By CNN Sr National Security Producer Charley Keyes
The U.S. is putting its money where one of its concerns is – locating conventional weapons that may have gone astray during the upheaval in Libya.
State Department Spokesman, Victoria Nuland, said Friday that the U.S. is sending in more personnel and devoting millions more dollars to the hunt. U.S. officials and others have warned that thousands of shoulder-fired anti-aircraft missiles and well as other weapons could fall into the hands of terrorists or be used by remnants of the forces loyal to ousted Libyan leader Muommar Ghadafi.
"We now have nine teams working across Libya," Nuland said at her briefing at the State Department, and until recently just one team had been n place. "We initially had given $3 million to this effort; we've recently added another $10 million. And we are working all around Libya," she said.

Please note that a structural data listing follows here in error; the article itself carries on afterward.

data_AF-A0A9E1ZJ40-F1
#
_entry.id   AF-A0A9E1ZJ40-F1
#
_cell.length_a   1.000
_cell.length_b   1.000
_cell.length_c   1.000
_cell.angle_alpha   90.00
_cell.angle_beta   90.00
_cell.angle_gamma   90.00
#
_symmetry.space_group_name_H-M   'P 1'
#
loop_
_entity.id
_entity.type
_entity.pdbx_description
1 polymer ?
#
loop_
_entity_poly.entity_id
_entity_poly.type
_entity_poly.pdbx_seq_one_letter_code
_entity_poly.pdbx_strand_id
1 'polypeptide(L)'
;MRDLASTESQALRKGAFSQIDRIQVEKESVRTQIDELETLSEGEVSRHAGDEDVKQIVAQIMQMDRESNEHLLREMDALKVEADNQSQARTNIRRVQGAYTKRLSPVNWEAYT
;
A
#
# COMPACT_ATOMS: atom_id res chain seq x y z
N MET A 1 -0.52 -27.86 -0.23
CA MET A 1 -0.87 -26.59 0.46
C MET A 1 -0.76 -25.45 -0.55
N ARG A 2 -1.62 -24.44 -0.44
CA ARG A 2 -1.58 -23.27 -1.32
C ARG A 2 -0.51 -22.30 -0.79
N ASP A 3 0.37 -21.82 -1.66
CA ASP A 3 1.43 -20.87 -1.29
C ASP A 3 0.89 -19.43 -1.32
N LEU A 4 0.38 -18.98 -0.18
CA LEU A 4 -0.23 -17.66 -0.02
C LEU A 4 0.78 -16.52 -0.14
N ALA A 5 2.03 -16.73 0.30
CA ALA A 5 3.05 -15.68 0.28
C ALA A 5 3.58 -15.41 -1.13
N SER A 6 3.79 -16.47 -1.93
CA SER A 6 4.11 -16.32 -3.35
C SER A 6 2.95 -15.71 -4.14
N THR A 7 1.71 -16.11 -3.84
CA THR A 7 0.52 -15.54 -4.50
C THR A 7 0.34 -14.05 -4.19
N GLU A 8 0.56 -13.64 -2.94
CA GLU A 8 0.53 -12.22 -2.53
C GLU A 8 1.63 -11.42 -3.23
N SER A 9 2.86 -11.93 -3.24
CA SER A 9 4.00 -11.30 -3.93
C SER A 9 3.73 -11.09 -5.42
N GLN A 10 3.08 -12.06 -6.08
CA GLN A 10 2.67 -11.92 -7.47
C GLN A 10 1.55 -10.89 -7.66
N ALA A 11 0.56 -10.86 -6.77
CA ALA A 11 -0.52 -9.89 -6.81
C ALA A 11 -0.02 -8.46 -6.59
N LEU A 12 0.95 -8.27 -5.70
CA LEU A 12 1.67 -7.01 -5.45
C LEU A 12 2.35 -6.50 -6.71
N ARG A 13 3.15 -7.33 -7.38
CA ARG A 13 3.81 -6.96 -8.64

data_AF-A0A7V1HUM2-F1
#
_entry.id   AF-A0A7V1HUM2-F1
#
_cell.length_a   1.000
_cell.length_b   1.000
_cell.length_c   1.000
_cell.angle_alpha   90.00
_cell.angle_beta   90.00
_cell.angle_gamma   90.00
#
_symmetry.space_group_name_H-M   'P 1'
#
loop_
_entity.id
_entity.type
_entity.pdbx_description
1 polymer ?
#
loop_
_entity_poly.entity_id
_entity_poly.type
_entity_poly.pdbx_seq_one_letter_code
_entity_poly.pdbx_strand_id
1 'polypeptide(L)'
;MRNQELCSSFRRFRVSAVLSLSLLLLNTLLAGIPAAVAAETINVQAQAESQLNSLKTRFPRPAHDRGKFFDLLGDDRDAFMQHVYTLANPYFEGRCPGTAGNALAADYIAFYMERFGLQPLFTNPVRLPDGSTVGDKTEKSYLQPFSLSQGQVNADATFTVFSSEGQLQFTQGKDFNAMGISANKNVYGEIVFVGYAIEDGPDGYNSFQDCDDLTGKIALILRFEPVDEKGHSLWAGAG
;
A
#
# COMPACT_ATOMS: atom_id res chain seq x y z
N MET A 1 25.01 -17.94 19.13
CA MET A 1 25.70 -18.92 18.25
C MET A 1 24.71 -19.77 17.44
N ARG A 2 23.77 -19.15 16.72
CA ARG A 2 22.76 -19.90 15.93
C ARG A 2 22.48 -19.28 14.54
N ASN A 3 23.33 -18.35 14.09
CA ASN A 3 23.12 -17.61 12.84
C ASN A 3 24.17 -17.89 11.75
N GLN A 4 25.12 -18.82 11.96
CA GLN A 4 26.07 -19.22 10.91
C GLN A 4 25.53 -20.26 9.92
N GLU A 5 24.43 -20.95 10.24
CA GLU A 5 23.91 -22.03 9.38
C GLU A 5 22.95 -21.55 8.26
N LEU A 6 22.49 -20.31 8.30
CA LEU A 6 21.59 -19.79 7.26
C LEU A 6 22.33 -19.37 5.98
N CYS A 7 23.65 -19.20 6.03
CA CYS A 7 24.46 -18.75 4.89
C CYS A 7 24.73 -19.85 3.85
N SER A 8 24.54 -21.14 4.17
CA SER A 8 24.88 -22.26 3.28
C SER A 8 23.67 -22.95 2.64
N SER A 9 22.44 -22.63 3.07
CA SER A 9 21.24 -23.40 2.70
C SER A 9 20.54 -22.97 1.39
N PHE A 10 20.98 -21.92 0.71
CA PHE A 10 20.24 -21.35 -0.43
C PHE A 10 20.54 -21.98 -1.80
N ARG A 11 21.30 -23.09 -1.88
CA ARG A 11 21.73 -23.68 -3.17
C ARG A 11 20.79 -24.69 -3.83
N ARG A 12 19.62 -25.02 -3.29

Each team has one American assisted by members of the Transitional National Council.
"For each of these Americans, there is a full TNC team with them. So the Libyans are also growing their own capability," Nuland said. "We are very, very committed..